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Clin Hemorheol Microcirc. 2016;64(4):655-662. doi: 10.3233/CH-168021.

Experimental cannabidiol treatment reduces early pancreatic inflammation in type 1 diabetes.

Author information

1
Department of Anesthesia, Pain Management and Perioperative Medicine, Dalhousie University, Halifax, NS, Canada.
2
Department of Pharmacology, Dalhousie University, Halifax, NS, Canada.
3
Department of Microbiology and Immunology, Dalhousie University, Halifax, NS, Canada.
4
Department of Physiology and Biophysics, Dalhousie University, Halifax, NS, Canada.
5
Department of Biology, Dalhousie University, Halifax, NS, Canada.
6
Department of Medicine, Dalhousie University, Halifax, NS, Canada.

Abstract

BACKGROUND:

Destruction of the insulin-producing beta cells in type 1 diabetes (T1D) is induced by invasion of immune cells causing pancreatic inflammation. Cannabidiol (CBD), a phytocannabinoid, derived from the plant, Cannabis sativa, was shown to lower the incidence of diabetes in non-obese diabetic (NOD) mice, an animal model of spontaneous T1D development.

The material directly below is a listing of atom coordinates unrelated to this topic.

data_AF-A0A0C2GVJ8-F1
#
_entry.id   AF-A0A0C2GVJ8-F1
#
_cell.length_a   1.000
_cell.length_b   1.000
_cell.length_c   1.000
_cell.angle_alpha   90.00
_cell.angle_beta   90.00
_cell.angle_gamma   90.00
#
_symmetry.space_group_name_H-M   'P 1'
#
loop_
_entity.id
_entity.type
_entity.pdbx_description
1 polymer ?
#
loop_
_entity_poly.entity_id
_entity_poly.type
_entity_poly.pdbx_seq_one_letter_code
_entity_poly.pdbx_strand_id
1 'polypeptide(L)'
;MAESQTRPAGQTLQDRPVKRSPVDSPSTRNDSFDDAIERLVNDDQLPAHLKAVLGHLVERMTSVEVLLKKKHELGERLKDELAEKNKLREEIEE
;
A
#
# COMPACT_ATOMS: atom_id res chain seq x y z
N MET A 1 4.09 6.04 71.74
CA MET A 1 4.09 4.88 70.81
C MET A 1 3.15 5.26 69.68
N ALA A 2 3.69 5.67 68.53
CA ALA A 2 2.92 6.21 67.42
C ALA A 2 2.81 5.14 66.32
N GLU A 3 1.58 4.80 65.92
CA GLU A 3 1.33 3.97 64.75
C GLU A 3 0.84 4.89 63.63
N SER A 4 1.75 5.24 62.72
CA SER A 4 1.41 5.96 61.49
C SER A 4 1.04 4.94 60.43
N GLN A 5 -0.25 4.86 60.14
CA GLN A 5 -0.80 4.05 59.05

OBJECTIVE:

The goal of this study was to investigate the impact of experimental CBD treatment on early pancreatic inflammation in T1D by intravital microscopy (IVM) in NOD mice.

METHODS:

Seven-week-old female NOD mice were prophylactically administered daily 5 mg/kg CBD or control vehicle i.p. five times weekly for ten weeks. Animals underwent IVM following confirmation of T1D diagnosis by blood glucose testing. Leukocyte activation and functional capillary density (FCD) were quantified via IVM.

RESULTS:

CBD-treated NOD mice developed T1D later and showed significantly reduced leukocyte activation and increased FCD in the pancreatic microcirculation.

CONCLUSIONS:

Experimental CBD treatment reduced markers of inflammation in the microcirculation of the pancreas studied by intravital microscopy.

KEYWORDS:

Type 1 diabetes; adhesion molecules; cytokines; functional capillary density; inflammation; intravital microscopy; leukocyte adherence

PMID:
27767974
DOI:
10.3233/CH-168021
[Indexed for MEDLINE]

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